With a light heart, he got up to tend to the neglected tasks of survival. Collect water, gather berries, bananas, and sugar-apples, find wood, get the fire going again. Check for anything else that might have washed up. So simple, really.
It took time, but not the whole day, and he found himself lying in the sand, staring up at the sky with nothing at all to do. It was blank blue, as usual, and he felt just as blank. It was strange and new, to be ripped from the web of obligation that surrounded a Luthor and then dropped there, where he had no greater responsibility than ensuring he didn't starve, and no one to mind except his stomach if he didn't take care of that. He found himself telling himself stories, the way he'd done as a child in boarding school. Faramir must have had many adventures in Ithilien, unloved son struggling to preserve the civilization he would never inherit, under the shadow of the towers of death. It was astonishing how easy it was to fall back into that sort of dream, forgotten when he'd realized at fifteen that he could get drugs to do the dreaming for him.
Some hours or days later, as he was spreading berries and the soft fruit of one of the strange trees over a makeshift grill to try to dry them before the insects could spoil them, it came to him that he didn't even have to be a Luthor here. There were no records, and no one to say, and no memory except his, and he could believe what he chose. Bounded in a nutshell, you could count yourself anything you wanted. He certainly couldn't see any reason to save Lex, fool for a woman, his father, and a pretty, lying boy.
He could even be no one whatsoever, but that thought made his stomach lurch with fright. That way lay madness, maybe even words slipping away. Some name then. With no weight of history, no special meanings to God or his father. After a little thought, he settled on Frank. He toasted the choice with the last of the champagne. He thought about smashing the bottle into his thigh for a proper christening, but stopped himself in time. He wasn't, after all, a ship of fools.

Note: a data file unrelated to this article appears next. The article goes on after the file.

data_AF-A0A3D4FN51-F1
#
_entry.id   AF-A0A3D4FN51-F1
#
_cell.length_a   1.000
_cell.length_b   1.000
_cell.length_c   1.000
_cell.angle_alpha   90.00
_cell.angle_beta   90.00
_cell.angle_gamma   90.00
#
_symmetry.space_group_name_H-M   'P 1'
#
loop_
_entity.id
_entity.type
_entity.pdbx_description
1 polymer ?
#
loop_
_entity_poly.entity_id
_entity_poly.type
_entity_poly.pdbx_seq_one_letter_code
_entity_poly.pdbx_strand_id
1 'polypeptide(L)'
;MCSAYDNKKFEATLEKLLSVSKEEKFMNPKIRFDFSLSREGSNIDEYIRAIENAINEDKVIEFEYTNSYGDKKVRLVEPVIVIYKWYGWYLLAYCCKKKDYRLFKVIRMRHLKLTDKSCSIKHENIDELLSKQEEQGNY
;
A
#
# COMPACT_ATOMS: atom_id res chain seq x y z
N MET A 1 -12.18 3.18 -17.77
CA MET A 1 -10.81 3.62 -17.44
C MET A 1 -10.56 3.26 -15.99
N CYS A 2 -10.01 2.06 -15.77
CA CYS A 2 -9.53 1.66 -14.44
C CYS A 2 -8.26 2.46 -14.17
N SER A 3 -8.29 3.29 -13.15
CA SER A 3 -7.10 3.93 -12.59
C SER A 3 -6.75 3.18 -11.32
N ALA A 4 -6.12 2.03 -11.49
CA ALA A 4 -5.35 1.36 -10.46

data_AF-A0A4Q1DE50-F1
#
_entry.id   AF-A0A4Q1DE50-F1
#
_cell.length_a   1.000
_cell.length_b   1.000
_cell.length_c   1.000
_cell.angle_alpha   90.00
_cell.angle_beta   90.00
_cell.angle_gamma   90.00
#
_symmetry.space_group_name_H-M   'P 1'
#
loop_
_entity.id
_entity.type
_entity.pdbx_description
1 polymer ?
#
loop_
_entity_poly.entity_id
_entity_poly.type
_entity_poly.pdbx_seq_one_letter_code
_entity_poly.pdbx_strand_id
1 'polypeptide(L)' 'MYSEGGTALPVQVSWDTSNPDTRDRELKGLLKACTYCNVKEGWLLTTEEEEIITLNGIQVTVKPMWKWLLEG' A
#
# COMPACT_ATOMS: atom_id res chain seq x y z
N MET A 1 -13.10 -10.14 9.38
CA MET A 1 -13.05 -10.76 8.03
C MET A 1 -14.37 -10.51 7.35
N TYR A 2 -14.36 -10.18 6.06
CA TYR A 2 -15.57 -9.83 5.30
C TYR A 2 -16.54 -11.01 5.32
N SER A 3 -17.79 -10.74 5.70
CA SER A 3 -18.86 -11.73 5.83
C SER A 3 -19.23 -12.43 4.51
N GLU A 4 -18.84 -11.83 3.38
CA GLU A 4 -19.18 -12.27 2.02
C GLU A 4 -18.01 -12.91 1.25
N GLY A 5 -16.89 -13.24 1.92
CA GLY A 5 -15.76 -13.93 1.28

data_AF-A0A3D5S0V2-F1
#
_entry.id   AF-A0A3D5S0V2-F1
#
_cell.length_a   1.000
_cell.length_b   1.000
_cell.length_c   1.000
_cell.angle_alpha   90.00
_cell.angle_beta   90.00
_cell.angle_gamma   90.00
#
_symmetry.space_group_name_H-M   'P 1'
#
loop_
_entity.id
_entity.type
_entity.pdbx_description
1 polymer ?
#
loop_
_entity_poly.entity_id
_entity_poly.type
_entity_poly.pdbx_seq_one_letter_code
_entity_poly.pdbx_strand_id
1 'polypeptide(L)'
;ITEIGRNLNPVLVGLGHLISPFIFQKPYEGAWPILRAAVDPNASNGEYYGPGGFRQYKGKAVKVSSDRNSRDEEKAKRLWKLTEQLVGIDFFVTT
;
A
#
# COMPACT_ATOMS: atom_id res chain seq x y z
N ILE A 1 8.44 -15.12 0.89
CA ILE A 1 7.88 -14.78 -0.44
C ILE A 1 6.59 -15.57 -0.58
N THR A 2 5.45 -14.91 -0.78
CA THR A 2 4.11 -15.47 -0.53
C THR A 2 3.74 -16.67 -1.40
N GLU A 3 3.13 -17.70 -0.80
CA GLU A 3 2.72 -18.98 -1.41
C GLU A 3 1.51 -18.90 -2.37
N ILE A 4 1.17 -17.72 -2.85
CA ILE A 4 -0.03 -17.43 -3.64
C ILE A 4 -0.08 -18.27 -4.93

Frank lived with perpetual sweetness in his mouth, berries and the tiny sea creatures he caught in the island's bay. He slept a great deal, but he dreamed only when he was awake. After a while, even the vivid tales from the books of his youth began to fade, and he kept rehearsing the fantasies only for comfort, like fingering a stone you had rubbed smooth. He knew the supplies from the plane were dwindling, but it didn't bother him much. He would live or he wouldn't. When you were no one, you didn't have to care.
So he didn't, and he would have called himself content, if he stopped to give names to his feelings anymore. Until the day he returned from a visit to the berry-bushes to find a footprint in the sand.
Well, less a footprint than a skidmark, but he couldn't think of the word. He just circled it frantically, staring, trying to understand the meaning of the mark. Finally, he kicked at the sand around it, trying to erase it, obliterate it, before--
"Lex!" called a voice, husky with some kind of feeling. "Lex!"
Too late. He turned and looked. Another human face, and it had been so long that it took him a moment to resolve it, to say that forehead-eyes-nose-mouth-ears meant another man, meant...Clark.
But he didn't want to say it, didn't want to respond to the name Clark had given him. Not until Clark's arms were around him in a tight hug, and Clark was muttering, "Oh, thank God, thank God, Lex, I found you, I saved you..."
"Yes," Lex said, hoarsely, as he shut his eyes tightly so that he couldn't weep. "Yes...you did."